The Adidas Solarglide 5 has a completely redone sole design that gives it a significant rocker with a somewhat soft ride for eating up miles.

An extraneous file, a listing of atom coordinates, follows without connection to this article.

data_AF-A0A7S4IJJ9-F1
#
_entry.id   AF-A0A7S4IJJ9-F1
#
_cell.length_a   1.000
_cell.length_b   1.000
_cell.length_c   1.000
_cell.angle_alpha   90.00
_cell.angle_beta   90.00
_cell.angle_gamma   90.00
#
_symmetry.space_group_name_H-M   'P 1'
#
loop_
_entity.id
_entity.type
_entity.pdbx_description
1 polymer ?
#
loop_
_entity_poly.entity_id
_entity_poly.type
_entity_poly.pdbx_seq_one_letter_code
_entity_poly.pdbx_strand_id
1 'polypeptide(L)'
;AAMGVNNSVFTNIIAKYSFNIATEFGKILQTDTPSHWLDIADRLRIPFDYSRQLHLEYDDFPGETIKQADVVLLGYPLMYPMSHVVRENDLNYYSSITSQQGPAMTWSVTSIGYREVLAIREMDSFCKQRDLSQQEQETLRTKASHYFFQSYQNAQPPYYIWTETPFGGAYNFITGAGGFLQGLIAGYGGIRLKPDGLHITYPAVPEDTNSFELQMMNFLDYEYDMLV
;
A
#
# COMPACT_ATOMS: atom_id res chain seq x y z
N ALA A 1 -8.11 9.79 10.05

David: I was pleasantly surprised with the performance of the Solarglide 5. The first thing I immediately noticed was that the heel and rearfoot transition was so much smoother than it has been in the past. There is a large centralized bevel at the rearfoot is a coupled with a deep midline groove throughout the shoe functioning as a crash pad. Throughout the late rearfoot, midfoot, and early forefoot Adidas is now utilizing what they call the  LEP system. This is similar to the torsion system they have done in other shoes but is more of an H-shaped design using plastic. This is embedded in between a midsole layer of boost as well as a topsole of EVA. The result is as very smooth transition from the heel into the midfoot with some nice stability elements sprinkle in. The boost midsole and LEP system ends right before reaching the PIP/DIP joints (your toes) and allows for some flexibility of the shoe up front. For how much shoe there is the transitions are actually quite nice. The heel and midfoot feel like a rockered shoe and the forefoot provides a nice natural feeling toe off. Because of the rigidity throughout and bounciness of boost the shoe is surprisingly responsive for the weight. With that said it is still a little chunky. This is a daily mileage workhorse. I have forced a little uptempo work, but this is something more for logging miles. The Continental outsole provides really good traction and I have some success with this shoe in off road conditions as well. Outside of the obvious weight I really enjoyed this shoe and this is my favorite boost trainer since the original Energy Boost. It's hard for me to justify it for long runs just because of a little fatigue from the 11.8 oz, but for daily mileage it has been one of my recent go toes.